Chapter 25
The Covenants Between God and Man
What principles determine the way God relates to us?
How does God relate to man? Since the creation of the world, God’s relationship to man has been defined by specific requirements and promises. God tells people how he wants them to act and also makes promises about how he will act toward them in various circumstances. The Bible contains several summaries of the provisions that define the different relationships between God and man that occur in Scripture, and it often calls these summaries “covenants.” With respect to covenants between God and man in Scripture, we may give the following definition: A covenant is an unchangeable, divinely imposed legal agreement between God and man that stipulates the conditions of their relationship.
Although this definition includes the word agreement in order to show that there are two parties, God and man, who must enter into the provisions of the relationship, the phrase “divinely imposed” is also included to show that man can never negotiate with God or change the terms of the covenant: he can only accept the covenant obligations or reject them. Probably for this reason the Greek translators of the Old Testament (known as the Septuagint), and, following them, the New Testament authors, did not use the ordinary Greek word for contracts or agreements in which both parties were equal (συνθήκη), but rather chose a less common word, διαθήκη (G1347) which emphasized that the provisions of the covenant were laid down by one of the parties only. (In fact, the word διαθήκη was often used to refer to a “testament” or “will” that a person would leave to assign the distribution of his or her goods after death.)
This definition also notes that covenants are “unchangeable.” They may be superseded or replaced by a different covenant, but they may not be changed once they are established. Although there have been many additional details specified in the covenants God has made with man throughout the history of Scripture, the essential element at the heart of all of them is the promise, “I will be their God, and they shall be my people” (Jer. 31:33; 2 Cor. 6:16; et al.).
Since the covenant relationship between God and man occurs in various forms throughout Scripture from Genesis to Revelation, a treatment of this subject might be put at several different points in the study of systematic theology. I have put it here at the end of the treatment of man as created (in the image of God) and man as fallen into sin, but before the discussion of the person and work of Christ.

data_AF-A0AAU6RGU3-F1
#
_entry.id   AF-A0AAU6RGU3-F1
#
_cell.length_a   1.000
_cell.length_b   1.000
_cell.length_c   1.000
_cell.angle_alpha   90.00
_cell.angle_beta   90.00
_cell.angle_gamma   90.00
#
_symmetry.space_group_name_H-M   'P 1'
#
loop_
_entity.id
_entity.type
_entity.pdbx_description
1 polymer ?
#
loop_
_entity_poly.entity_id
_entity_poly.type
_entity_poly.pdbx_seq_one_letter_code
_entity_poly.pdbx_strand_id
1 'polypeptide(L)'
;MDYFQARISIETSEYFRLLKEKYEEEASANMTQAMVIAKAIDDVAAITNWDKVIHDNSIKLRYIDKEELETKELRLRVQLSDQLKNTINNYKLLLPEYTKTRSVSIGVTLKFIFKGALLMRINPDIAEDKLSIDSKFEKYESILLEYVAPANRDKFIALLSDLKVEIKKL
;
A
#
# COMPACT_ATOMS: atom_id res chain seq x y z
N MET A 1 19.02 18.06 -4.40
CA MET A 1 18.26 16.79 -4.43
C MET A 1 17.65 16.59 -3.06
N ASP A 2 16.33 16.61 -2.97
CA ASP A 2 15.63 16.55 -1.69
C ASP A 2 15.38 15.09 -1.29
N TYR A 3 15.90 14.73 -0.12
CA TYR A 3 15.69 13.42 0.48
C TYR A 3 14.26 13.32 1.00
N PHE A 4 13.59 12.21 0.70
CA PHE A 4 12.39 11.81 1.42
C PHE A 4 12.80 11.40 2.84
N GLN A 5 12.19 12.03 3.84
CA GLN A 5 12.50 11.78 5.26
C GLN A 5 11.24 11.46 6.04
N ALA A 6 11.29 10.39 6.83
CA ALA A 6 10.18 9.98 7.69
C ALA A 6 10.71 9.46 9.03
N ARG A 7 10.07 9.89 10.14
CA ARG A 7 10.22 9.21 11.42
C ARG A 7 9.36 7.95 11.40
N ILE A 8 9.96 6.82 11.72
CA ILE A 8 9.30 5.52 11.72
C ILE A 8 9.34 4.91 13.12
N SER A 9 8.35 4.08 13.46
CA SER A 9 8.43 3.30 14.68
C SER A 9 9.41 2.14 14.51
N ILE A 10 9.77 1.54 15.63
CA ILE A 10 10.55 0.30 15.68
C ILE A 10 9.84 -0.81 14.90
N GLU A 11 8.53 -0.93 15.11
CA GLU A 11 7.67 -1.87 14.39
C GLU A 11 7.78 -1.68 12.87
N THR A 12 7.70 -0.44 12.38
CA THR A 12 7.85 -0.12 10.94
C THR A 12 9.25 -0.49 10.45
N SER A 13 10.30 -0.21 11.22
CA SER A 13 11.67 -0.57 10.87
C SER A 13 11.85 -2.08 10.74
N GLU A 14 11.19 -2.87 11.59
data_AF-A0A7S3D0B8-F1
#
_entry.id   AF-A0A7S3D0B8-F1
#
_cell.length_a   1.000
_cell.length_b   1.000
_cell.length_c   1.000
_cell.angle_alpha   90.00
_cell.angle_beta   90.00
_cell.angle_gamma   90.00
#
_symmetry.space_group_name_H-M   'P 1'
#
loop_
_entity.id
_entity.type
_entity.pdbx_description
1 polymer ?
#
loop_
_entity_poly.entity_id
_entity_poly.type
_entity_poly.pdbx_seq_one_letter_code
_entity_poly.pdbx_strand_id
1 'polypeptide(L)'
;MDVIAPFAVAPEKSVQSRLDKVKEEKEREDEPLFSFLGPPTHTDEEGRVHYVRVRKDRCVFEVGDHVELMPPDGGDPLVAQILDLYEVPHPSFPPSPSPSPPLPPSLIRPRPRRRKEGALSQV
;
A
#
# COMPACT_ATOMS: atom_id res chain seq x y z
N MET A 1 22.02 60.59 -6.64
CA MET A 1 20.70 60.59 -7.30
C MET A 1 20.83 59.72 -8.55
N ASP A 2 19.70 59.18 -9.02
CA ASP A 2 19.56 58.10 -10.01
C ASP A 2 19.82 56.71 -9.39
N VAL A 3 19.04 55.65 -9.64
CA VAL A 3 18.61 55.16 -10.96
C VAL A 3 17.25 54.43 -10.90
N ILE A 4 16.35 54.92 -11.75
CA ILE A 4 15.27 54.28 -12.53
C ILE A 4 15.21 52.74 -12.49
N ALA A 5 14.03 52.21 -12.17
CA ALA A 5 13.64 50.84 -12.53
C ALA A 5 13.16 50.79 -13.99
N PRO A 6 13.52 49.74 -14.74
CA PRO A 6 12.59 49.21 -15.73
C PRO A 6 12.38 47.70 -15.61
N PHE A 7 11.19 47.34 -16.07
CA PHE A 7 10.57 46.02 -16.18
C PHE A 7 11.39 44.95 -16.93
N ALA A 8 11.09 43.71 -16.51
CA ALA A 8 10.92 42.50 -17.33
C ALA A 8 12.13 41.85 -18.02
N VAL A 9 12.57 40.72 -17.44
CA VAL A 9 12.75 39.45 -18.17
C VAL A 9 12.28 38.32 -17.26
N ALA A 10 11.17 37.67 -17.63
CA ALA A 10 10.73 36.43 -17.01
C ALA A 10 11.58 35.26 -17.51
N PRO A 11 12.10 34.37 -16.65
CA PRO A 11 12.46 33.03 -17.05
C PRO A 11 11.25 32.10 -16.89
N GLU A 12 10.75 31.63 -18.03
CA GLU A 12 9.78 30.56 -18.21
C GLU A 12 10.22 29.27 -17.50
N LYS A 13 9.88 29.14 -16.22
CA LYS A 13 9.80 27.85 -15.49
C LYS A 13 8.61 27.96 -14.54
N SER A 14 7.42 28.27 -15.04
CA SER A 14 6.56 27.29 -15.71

A. The Covenant of Works
Some have questioned whether it is appropriate to speak of a covenant of works that God had with Adam and Eve in the Garden of Eden. The actual word covenant is not used in the Genesis narratives. However, the essential parts of the covenant are all there—a clear definition of the parties involved, a legally binding set of provisions that stipulates the conditions of their relationship, the promise of blessings for obedience, and the condition for obtaining those blessings. Moreover, Hosea 6:7, in referring to the sins of Israel, says, “But like Adam they transgressed the covenant” (RSV mg.; so NIV, NASB).1 This passage views Adam as existing in a covenant relationship that he then transgressed in the Garden of Eden. In addition, in Romans 5:12–21 Paul sees both Adam and Christ as heads of a people whom they represent, something that would be entirely consistent with the idea of Adam being in a covenant before the fall.
In the Garden of Eden, it seems quite clear that there was a legally binding set of provisions that defined the conditions of the relationship between God and man. The two parties are evident as God speaks to Adam and gives commands to him. The requirements of the relationship are clearly defined in the commands that God gave to Adam and Eve (Gen. 1:28–30; cf. 2:15) and in the direct command to Adam, “You may freely eat of every tree of the garden; but of the tree of the knowledge of good and evil you shall not eat, for in the day that you eat of it you shall die” (Gen. 2:16–17).
In this statement to Adam about the tree of the knowledge of good and evil there is a promise of punishment for disobedience—death, most fully understood to mean death in an extensive sense, physical, spiritual, and eternal death and separation from God.2 In the promise of punishment for disobedience there is implicit a promise of blessing for obedience. This blessing would consist of not receiving death, and the implication is that the blessing would be the opposite of “death.” It would involve physical life that would not end and spiritual life in terms of a relationship with God that would go on forever. The presence of the “tree of the midst of the garden” (Gen. 2:9) also signified the promise of eternal life with God if Adam and Eve had met the conditions of a covenant relationship by obeying God completely until he decided that their time of testing was finished. After the fall, God removed Adam and Eve from the garden, partly so that they would not be able to take from the tree of life “and eat, and live for ever” (Gen. 3:22).